The Ancient Library

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On this page: Iatralipta – Iatrosophista – Iatrtjs – Idus – Ignobiles – Illustres – Imaginum Jus – Imago – Imbrices – Immunftas – Impendium – Imperatfvae Feriae – Imperator – Imperium – Jentaculum


of this harsh admonition, some walls or pavements exhibited the/more gracious SALVE or XAIPE. (Plat. Charm, p. 94, ed. Heindorf.) The appro­ priate names for the portion of the house immedi­ ately behind the door (Srvp&v^ Soph. Oed. Tyr. 1242, Elect. 328), denotes that it was a kind of apartment; it corresponded to the hall or lobby of our houses. Immediately adjoining it, and close to the front door, there was in many houses a small room for the porter (cella, or cellula janitor is, Sue ton. VitelL 16 ; Varro, de Re Rust. i. 13 ; &vpcape'iov.> Pollux, i. 77)- [J. Y.]

IATRALIPTA, IATRALIPTES, or 1A- TROALIPTES (IccT/mAenmfc), the name given by the ancients to a physician who paid particular attention to that part of medical science called latraliptice. The name is compounded of larpls and aA€i<£co, and signifies literally n physician that cures by anointing. According to Pliny (H. N. xxix. 2), they were at first only the slaves of phy­ sicians, but afterwards rose to the rank of physicians themselves, and were therefore superior to the aliptae. [aliptae.] The word occurs in Paulus Aegineta (De Re Med. iii. 47), Celsus (De Medic. i. 1) and other medical writers. [W. A> G.]

IATRTJS (larpos). [medicus]

IATROSOPHISTA ('mrpocro^t'tr^s), an an­ cient medical title, signifying apparently (according to Du Cange, Glossar. Med. et. Inf. Graecit.) one who both taught medicine and also practised it himself; as the ancients made a distinction be­ tween SiSacr/caAtKrj and e/?7cms, the art and the science of medicine, the theory and the practice. (Damascius in vita Isidori.) Eunapius Sardianus (De Vit. Philosoph. et Sophist, p. 168, ed. Antwerp. 1568) calls them e^rr/cTjjU.ei'ous \cyew re teal Troie'iV larpLK^. The word is somewhat varied in different authors. Socrates (Hist. Eccles. vii. 13) calls Adamantius iaTptK&v \6ycw.cre<f)i<rT'f]s> Ste- phanus Byzantinus (s. v. Tea) mentions t&v iarpfov <To<pHTrr/f)s ; Callisthenes (quoted in Du Cange), iarp'bs ffo^icn-^s : and Theophanes (ibid.) tj'ofyia'T'hs ttjs larpiKrjs eTnar^u^s. Several ancient physicians are called by this title, e. g. Magnes (Theoph. Protospnth. De Urinis), Cassius, the author of " Quaestiones Medicae et Naturales," and others. [W.A. G.]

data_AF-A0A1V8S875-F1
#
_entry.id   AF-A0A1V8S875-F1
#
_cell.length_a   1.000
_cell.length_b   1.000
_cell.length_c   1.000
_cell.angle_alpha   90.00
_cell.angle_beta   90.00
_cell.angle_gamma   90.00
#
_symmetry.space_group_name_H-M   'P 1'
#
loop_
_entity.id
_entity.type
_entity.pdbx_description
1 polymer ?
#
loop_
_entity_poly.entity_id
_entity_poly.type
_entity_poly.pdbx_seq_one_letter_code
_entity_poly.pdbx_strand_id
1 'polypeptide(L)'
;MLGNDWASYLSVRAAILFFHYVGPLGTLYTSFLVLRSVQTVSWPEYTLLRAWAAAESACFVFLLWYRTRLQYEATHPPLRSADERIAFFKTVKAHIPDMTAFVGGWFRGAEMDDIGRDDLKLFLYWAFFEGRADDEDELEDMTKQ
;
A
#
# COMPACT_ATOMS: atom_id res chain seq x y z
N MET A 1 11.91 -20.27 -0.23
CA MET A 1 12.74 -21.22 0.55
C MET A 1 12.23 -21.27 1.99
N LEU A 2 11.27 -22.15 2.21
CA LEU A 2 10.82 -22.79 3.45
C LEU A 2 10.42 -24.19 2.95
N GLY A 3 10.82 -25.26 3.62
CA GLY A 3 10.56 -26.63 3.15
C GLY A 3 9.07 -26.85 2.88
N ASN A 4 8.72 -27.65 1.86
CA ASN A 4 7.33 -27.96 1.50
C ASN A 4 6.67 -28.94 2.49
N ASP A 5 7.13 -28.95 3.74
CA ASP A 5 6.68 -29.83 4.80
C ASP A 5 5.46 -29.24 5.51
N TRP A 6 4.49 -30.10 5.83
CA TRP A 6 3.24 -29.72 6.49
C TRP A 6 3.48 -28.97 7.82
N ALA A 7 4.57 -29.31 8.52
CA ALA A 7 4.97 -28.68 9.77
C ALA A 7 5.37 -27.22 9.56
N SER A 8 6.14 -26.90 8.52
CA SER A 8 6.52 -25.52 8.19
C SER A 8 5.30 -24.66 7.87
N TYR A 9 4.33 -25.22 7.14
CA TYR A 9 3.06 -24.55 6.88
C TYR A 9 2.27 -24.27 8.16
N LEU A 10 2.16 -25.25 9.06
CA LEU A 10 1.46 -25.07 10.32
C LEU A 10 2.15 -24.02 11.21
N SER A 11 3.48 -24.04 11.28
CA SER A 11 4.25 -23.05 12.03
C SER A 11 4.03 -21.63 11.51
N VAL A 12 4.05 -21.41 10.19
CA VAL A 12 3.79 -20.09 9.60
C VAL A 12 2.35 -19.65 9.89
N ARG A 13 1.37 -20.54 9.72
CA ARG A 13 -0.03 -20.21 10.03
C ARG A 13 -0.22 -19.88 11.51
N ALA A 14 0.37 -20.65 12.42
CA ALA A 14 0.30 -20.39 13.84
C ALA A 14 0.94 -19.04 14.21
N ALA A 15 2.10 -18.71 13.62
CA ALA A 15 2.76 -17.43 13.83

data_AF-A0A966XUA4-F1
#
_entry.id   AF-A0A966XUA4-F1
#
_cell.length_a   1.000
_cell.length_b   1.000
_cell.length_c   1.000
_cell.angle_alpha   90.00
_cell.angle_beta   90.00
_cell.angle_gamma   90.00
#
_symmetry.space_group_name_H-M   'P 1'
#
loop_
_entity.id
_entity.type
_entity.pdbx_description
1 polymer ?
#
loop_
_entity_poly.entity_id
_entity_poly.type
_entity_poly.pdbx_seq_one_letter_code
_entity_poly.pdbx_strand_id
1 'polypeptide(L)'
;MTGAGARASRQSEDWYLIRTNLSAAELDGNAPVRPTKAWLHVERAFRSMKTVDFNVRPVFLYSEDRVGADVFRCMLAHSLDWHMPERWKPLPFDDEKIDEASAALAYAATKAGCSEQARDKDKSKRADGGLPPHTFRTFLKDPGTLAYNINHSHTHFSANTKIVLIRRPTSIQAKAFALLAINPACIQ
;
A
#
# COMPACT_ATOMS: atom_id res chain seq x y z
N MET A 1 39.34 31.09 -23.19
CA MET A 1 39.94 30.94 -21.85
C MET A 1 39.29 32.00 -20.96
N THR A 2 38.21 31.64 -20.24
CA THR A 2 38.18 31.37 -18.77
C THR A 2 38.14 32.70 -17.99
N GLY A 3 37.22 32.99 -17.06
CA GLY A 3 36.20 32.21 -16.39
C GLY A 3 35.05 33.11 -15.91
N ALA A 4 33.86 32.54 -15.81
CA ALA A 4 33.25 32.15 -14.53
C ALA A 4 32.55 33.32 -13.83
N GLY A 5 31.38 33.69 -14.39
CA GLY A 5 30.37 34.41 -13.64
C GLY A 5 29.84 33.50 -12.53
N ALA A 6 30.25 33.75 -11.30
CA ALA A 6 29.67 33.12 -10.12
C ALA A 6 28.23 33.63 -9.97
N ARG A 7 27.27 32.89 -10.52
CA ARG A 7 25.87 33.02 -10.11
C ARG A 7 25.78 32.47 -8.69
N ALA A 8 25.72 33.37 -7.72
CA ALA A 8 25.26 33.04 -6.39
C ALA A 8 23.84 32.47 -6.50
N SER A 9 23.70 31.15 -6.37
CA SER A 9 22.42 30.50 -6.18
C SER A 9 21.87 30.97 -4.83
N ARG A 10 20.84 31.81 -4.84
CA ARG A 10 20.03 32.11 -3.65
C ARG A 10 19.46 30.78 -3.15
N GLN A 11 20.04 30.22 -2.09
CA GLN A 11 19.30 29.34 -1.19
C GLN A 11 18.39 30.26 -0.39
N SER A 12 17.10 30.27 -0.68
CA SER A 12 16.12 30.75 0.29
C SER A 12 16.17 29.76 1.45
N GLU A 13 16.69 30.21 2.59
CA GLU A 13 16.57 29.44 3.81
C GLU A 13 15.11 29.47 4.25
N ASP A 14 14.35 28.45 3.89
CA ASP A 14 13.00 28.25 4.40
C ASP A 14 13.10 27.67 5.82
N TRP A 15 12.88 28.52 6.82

IDUS. [calenbarium, roman.]

JENTACULUM. [coena, p. 306, a.]


ILE (3£\ri). [exercitus, p. 488, b.]

ILLUSTRES. When Constantine the Great re-organized the Roman administration, he divided the principal magistrates and officials into three classes : — 1. The Illustres, who held the first rank; 2. The Specialties ; and 3. The Clarissimi. The title of'Illustres belonged only to the Consules, the Patricii, the Praefectus praetorio, the Praefectus urbi, the -Praepositus sacri cubiculi, the Magistri militum, the Magister officiorum, the Quaestor sacri palatii, the Comes sacrarum largitionum, and the Comes rerum privatarum. Even among the Illustres there was a gradation of rank, the Consuls and Patricii being regarded as higher in dignity than the others. The titles Sublimissimi, Ecccelleniissimi* and Magnifid are used as synonymous with Illustres. Among the privileges of the Illustres we read that in criminal cases they could only be tried by the emperor himself or by an imperial commission, and that they could appear before the courts by